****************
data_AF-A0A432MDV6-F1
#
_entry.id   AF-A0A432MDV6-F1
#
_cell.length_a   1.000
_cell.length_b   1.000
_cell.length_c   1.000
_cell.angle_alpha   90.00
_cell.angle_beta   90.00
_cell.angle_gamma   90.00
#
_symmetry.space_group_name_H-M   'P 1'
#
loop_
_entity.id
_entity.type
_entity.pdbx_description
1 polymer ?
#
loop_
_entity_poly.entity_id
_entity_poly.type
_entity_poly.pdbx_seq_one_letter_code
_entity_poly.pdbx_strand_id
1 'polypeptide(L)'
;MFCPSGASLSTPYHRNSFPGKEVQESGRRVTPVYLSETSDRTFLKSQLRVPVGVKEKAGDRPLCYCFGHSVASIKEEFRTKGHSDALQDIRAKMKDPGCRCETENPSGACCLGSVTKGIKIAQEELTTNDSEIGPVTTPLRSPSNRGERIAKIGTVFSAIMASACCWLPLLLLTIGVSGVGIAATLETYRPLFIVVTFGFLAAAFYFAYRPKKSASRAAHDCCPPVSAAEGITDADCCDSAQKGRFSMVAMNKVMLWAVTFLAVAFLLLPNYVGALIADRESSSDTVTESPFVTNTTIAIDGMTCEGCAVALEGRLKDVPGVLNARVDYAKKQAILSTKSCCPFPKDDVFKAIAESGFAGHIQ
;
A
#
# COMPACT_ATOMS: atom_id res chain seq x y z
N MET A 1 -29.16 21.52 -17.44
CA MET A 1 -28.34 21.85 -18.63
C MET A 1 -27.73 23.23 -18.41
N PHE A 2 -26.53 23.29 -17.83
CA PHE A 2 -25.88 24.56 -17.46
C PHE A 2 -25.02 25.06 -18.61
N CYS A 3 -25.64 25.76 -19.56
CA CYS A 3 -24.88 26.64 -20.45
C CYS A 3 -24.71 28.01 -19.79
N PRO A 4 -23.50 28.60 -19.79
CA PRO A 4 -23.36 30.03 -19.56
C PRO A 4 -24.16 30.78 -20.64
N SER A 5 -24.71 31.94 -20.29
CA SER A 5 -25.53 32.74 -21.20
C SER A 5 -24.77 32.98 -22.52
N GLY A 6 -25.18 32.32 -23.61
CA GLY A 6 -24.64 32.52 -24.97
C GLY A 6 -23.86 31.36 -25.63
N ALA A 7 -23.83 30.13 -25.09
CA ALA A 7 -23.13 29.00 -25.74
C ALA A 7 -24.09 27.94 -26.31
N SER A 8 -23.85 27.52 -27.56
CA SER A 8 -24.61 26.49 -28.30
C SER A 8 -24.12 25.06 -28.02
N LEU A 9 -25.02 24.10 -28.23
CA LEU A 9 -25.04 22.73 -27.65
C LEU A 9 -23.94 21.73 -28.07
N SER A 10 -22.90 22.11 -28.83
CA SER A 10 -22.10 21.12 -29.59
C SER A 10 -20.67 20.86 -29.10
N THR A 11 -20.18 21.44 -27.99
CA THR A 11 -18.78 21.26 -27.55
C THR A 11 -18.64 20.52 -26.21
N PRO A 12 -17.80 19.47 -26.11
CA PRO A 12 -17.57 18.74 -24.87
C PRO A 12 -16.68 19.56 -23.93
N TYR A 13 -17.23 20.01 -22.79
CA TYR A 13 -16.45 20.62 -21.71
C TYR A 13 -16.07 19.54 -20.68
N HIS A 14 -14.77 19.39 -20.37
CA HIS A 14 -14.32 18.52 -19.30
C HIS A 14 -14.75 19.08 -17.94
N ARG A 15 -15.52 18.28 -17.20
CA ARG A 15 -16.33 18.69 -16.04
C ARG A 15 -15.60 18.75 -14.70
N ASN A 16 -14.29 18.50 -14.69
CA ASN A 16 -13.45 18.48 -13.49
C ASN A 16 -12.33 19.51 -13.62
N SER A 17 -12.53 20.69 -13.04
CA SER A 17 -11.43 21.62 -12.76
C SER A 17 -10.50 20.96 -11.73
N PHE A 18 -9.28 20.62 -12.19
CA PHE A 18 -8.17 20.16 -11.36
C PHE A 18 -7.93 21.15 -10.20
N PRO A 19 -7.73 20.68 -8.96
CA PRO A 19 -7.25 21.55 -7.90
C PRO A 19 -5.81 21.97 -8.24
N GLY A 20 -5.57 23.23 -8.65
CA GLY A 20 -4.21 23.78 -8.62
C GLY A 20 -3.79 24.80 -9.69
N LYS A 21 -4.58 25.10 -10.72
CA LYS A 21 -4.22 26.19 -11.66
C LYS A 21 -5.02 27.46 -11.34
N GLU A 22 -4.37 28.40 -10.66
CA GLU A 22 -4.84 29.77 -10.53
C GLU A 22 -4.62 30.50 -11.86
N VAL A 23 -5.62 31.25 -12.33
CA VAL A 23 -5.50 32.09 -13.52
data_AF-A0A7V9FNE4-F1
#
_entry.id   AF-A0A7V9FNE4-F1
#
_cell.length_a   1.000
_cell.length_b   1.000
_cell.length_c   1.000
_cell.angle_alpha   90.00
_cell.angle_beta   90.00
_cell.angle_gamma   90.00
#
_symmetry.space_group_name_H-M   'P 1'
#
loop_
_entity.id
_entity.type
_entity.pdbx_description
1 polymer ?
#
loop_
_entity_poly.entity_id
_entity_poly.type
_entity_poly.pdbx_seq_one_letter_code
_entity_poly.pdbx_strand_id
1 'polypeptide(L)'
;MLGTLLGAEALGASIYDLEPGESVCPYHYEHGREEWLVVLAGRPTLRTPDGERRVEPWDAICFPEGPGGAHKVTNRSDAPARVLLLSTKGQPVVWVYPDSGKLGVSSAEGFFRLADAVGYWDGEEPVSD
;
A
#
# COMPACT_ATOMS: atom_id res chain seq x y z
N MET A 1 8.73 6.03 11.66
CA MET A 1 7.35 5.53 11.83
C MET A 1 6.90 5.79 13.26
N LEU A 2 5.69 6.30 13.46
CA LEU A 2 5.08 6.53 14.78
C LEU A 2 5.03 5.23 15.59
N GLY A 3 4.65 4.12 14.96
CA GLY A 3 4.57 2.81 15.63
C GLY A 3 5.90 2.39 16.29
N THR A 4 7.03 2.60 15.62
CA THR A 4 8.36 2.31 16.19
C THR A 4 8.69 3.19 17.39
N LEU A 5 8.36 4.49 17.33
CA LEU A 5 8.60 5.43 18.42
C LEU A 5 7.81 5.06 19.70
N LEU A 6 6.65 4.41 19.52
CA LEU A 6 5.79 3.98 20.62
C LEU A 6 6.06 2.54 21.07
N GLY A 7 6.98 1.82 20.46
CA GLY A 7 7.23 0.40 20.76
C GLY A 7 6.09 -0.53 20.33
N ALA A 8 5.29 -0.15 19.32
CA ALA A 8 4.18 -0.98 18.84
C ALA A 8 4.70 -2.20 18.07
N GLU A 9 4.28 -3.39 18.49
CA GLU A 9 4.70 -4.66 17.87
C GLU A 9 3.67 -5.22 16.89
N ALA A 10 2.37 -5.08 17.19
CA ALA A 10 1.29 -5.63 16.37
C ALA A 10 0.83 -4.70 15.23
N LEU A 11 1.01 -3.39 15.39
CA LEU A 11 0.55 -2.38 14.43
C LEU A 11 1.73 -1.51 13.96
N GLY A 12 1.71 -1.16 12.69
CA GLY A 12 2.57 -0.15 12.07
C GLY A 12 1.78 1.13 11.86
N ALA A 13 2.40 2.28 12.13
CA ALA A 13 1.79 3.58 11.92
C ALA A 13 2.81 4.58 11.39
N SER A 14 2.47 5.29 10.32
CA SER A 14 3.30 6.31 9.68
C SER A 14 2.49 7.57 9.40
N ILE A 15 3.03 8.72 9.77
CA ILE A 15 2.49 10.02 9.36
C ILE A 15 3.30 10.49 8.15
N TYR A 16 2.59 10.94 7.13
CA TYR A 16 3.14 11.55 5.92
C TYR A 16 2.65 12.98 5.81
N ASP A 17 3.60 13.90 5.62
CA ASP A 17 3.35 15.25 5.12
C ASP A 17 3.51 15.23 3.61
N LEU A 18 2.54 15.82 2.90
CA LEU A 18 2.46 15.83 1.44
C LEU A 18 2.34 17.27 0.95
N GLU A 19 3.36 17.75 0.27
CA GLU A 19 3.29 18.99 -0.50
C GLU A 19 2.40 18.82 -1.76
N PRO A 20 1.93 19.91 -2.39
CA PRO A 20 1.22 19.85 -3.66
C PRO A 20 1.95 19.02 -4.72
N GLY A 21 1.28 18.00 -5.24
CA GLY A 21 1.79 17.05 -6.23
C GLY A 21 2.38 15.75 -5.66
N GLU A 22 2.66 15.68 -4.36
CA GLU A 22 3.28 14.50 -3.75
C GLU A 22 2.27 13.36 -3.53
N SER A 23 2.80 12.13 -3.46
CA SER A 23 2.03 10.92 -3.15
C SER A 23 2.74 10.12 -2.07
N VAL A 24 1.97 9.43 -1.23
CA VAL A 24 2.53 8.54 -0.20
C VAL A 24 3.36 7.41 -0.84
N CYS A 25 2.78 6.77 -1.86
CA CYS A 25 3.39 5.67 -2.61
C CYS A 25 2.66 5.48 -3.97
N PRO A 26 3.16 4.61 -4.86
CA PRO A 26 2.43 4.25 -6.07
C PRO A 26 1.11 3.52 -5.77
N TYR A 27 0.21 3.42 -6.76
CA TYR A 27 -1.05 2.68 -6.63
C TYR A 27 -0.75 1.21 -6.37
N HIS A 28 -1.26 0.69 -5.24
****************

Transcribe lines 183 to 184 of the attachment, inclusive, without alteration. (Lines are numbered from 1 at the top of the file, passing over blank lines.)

N GLU A 19 3.36 17.75 0.27
CA GLU A 19 3.29 18.99 -0.50